There are all sorts of the problems with the argument that the inflation of 1933-34 was caused by expectations of fiscal stimulus. First of all, it’s completely at variance with Keynesian theory, which Kimel seems to be trying to defend. Keynesian theory says demand stimulus doesn’t raise prices when there is “slack,” and there has never been more slack in all of American history than in 1933.
The problem for Sumner is that Keynesian theory is merely an extension of good old fashioned Adam Smith. Prices depend on supply and demand. You can have a good or service go up in price locally even as it goes down everywhere else.
As I noted in my earlier post, and he quoted:
The immediate effect was to convince factories they’d be running down their inventories… After a bit of time, the public realized FDR wasn’t planning just a one-off, but rather a sustained program of purchases of industrial items. That led them to start using some of their idle capacity, which meant not just selling the fixed amount that was in inventory. The rate of price increases thus dropped.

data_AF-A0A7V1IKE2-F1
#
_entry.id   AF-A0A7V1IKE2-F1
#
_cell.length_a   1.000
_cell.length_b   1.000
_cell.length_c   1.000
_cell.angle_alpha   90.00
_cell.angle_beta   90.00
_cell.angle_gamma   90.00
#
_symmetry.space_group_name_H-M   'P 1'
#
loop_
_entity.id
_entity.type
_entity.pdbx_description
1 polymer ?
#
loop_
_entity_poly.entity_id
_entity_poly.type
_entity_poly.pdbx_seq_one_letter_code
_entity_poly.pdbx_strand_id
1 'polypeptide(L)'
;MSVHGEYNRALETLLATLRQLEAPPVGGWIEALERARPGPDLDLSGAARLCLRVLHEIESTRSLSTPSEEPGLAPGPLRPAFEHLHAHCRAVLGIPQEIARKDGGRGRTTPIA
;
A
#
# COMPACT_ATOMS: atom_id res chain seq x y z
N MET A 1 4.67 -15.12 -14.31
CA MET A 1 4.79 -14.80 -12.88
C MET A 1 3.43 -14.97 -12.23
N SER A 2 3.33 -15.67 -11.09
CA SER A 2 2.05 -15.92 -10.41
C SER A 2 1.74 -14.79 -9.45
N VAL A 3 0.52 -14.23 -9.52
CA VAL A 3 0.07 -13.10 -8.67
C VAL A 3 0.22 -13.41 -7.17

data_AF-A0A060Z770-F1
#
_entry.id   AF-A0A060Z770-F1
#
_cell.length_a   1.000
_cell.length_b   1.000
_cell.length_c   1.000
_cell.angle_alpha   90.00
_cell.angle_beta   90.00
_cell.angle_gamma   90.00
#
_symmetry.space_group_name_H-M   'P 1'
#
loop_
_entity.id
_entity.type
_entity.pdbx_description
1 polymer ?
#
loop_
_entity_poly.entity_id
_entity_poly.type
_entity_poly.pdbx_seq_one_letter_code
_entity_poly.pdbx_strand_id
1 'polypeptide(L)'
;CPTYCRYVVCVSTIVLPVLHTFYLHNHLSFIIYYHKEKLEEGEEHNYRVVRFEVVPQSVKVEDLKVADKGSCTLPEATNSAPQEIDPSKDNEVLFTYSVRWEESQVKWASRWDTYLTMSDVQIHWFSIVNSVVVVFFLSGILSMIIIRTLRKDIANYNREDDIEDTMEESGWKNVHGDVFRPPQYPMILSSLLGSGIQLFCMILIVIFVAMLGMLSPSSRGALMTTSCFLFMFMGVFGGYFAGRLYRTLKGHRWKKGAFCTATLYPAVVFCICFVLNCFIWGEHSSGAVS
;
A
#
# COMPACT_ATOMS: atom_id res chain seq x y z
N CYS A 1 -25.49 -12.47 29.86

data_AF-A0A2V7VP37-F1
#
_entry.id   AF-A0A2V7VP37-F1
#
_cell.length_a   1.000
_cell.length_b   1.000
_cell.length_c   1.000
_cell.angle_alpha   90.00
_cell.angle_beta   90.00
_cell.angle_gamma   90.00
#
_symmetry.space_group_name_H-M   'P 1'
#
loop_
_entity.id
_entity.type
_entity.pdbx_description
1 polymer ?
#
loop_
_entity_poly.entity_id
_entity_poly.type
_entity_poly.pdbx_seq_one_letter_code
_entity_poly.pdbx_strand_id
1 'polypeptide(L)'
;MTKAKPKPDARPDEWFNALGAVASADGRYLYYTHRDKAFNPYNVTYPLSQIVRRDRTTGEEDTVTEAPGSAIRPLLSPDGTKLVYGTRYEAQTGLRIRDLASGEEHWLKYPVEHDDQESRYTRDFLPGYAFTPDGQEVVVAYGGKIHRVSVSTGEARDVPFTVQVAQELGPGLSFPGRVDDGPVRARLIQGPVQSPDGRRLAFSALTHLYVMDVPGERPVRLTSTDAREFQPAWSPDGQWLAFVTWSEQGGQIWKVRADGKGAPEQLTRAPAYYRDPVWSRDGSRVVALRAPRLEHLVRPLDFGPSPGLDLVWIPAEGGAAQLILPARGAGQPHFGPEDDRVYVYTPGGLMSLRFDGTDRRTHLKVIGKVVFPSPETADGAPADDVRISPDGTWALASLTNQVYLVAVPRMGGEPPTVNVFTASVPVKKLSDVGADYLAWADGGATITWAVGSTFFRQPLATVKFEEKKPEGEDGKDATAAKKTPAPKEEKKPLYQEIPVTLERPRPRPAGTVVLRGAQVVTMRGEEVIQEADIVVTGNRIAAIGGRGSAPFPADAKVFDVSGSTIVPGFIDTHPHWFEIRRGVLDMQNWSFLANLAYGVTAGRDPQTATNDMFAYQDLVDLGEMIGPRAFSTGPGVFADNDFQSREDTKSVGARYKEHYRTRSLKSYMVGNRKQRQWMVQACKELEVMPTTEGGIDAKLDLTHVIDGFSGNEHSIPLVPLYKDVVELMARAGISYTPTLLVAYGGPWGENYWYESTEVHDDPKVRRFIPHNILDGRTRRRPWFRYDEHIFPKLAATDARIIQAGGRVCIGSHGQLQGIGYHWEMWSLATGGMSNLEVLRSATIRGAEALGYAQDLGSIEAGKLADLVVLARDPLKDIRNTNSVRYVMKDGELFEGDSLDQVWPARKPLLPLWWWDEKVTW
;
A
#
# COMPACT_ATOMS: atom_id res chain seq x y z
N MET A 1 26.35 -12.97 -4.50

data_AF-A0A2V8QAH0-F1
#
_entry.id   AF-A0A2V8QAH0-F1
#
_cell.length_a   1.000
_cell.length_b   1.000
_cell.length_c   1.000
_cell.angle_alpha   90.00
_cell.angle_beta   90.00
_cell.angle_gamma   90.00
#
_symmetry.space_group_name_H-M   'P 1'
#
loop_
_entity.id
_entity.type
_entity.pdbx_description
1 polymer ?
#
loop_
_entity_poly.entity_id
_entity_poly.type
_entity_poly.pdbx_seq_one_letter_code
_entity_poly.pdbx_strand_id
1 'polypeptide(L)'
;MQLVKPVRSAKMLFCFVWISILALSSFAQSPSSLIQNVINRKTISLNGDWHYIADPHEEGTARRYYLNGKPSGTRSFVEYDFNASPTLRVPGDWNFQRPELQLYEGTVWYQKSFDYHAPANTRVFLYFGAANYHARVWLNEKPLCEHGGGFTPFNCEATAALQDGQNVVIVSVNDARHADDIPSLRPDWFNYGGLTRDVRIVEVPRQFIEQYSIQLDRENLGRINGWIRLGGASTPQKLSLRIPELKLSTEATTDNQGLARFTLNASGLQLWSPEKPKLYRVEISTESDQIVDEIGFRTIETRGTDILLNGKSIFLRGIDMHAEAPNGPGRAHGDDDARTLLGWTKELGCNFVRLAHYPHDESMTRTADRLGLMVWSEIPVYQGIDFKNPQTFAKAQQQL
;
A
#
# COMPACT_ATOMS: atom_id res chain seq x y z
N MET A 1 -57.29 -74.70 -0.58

Which of course, is very consistent with the timing of events.
None of this is to pick on Sumner. There’s a whole cottage industry dedicated to advancing a story that government spending cannot have a positive effect on the economy during recessions or depressions. The problem for those trying to advance that story is that government spending does seem to correlate with positive effects during those periods. So alternate theories are proposed, and have been proposed for decades. And those theories often make a lot of sense… until you take a close look at the data.